Two Verona Plays: Romeo and Juliet & Two Gentlemen of Verona

I’ve been finished with Romeo and Juliet for some time, but I decided to talk about this play along with The Two Gentlemen of Verona. The only reason for this is because they both involve the Italian town of Verona.

Shakespeare really like this town along with Padua for setting plays when in Italy. They are mentioned a lot. Romeo and Juliet takes place almost entirely within this city. The Two Gentlemen of Verona does not, but the two main characters are from there.

I finished Romeo and Juliet first so I’ll discuss it first. Of all of Shakespeare’s plays, this is the one I’m most familiar with, or so I thought. I’ve only read it one other time, when I was in the 9th grade. The main thing I remembered from that reading was the whole biting the thumb stuff. After that, I’ve seen several versions of the play many times in movie form. They leave out a lot of play to focus on the main story line.

So when I read the play this time out, I was surprised about what I had forgotten. The most amazing thing to me about his play is that Juliet is not 14 yet, but is so in love she kills herself. Don’t let any teenager tell you that their life is so unique. Look at poor Juliet way back when. It’s been the same for at least 500 years. Romeo is no better.  The best thing about this play is Mercutio and Tybalt. They are probably two of my favorite Shakespearean characters. I prefer Mercutio over Tybalt by just a smidge. I’ve never had the chance to act in a Shakespearean play, but if I had, I would want to play Mercutio. unfortunately, I’m too old now, but he is such a wonderful character. He would be so very fun to play.

“A scratch.” “If you call for me tomorrow, you will find me a grave man.” “A plague of both your houses. They have made worm’s meat of me.”

Brilliant stuff this, even if it is in a teeny-bopper love story. (Who am I kidding I love teeny-bopper love stories).

Just like Hamlet, I liked Romeo and Juliet much better this time around than when I was forced to read it in 9th grade.

And now the other Verona play. The Two Gentlemen of Verona has the smallest cast of characters of any other play. It also is believed to be one of his first. The play is a little hard to wrangle. First we have the two gentlemen of Verona who set out to find their way in the world, all the way to Milan. There Valentine (a good Italian name) falls in love with the Duke’s daughter, Sylvia. She is promised to another man, however. To make things worse Proteus (Valentine’s friend and fellow gentleman of Verona) falls in love with her too. So sets about a comedy of errors and back-stabbing. It all comes to a head when Proteus gets Valentine banished, and he tries to convince Sylvia that Valentine is dead. She doesn’t believe him and sets to find Valentine. All the while, Proteus’ first love Julia arrives dressed as a messenger boy and becomes his page. Much like Ricky Ricardo, he doesn’t recognize his first love in a flimsy disguise.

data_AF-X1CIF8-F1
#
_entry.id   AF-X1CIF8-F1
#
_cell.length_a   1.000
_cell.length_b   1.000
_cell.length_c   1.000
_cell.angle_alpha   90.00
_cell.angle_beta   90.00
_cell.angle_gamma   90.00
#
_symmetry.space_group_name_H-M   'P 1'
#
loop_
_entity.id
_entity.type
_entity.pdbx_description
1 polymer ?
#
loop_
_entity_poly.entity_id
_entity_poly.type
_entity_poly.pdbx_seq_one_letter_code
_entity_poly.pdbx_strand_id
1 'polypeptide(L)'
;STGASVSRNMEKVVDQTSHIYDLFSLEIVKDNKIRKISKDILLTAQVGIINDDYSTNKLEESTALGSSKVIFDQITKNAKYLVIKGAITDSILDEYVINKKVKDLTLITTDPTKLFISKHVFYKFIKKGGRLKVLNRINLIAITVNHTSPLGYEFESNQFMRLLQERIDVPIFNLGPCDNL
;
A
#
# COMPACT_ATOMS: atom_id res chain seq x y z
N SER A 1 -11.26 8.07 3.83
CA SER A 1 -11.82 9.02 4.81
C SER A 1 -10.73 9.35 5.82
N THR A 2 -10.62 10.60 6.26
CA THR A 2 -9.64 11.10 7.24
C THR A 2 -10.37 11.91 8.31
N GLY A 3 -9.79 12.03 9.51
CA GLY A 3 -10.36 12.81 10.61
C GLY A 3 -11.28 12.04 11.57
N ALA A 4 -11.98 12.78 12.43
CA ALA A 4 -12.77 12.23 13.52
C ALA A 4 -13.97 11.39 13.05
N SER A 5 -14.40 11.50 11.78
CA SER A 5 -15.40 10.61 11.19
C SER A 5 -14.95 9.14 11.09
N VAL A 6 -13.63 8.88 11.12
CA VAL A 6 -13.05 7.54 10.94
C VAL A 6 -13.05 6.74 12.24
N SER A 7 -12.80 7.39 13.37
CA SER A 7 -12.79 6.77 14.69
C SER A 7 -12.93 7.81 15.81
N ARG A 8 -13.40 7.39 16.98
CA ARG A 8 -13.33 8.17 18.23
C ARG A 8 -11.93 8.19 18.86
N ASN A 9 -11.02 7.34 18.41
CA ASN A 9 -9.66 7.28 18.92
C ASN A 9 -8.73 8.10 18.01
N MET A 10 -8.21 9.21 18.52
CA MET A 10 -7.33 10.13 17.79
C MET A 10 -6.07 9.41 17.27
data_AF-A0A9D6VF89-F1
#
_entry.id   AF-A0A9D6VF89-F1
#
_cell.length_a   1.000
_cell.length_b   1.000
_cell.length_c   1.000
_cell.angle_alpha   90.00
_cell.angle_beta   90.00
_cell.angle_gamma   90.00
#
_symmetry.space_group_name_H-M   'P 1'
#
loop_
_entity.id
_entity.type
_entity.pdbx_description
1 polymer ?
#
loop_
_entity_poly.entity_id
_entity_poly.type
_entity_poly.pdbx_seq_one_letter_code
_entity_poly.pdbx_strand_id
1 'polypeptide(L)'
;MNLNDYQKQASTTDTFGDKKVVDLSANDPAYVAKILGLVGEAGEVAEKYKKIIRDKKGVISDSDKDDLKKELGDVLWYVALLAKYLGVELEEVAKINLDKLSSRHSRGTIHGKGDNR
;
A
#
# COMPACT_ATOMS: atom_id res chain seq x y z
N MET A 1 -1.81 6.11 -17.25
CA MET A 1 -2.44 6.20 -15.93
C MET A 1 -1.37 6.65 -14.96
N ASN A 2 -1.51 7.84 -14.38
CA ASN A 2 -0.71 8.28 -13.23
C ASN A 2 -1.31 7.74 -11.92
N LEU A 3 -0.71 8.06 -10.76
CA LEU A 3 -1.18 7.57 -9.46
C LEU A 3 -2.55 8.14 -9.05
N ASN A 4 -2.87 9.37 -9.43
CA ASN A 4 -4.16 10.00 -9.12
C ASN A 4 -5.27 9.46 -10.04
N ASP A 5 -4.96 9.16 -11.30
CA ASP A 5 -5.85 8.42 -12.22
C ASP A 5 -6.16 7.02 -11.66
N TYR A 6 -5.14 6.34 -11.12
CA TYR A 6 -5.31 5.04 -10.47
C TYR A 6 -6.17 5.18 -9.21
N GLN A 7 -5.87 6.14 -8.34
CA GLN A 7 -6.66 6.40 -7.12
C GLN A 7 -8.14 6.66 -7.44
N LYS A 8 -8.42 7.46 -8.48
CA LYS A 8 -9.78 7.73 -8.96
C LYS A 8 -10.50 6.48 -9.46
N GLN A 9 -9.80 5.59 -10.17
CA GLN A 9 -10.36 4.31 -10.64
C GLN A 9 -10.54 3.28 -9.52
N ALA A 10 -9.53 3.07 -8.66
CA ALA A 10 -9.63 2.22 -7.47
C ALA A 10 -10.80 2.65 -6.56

After Sylvia is captured in the woods by a band of outlaws whose leader is none other Valentine, she is rescued by Proteus and Julia (still in drag). Sylvia refuses Proteus’ advances and he threatens to rape her. Here Shakespeare took a very dark turn in this play, but she’s rescued by Valentine and all’s well that ends well.

Julia ends up with Proteus after he remembers he loved her in the first place. (Shakespearean woman don’t have much self-esteem.) Sylvia ends up with Valentine, who ends up with a knighthood, and as I’ve said all’s well that ends well.

Oh yeah, there’s a dog in this play too. His name is Crabbe, and he is the best character in the whole thing.

Difference between the plays: Romeo and Juliet is a tragedy that might contain statutory rape. The Two Gentlemen of Verona is a comedy/romance that has a character threatened with rape. One has a happy ending. The other has a very tragic ending because of the plague and really good poison.

Similarities: Julia/Juliet.  Verona is a setting.

A curse on all you readers. You have made worm’s meat of me.


Vic Kerry


Leave a comment

Filed under comedy, Reviews, Romance, Shakespeare, Tragedy

Leave a Reply

Fill in your details below or click an icon to log in: Logo

You are commenting using your account. Log Out /  Change )

Google+ photo

You are commenting using your Google+ account. Log Out /  Change )

Twitter picture

You are commenting using your Twitter account. Log Out /  Change )

Facebook photo

You are commenting using your Facebook account. Log Out /  Change )


Connecting to %s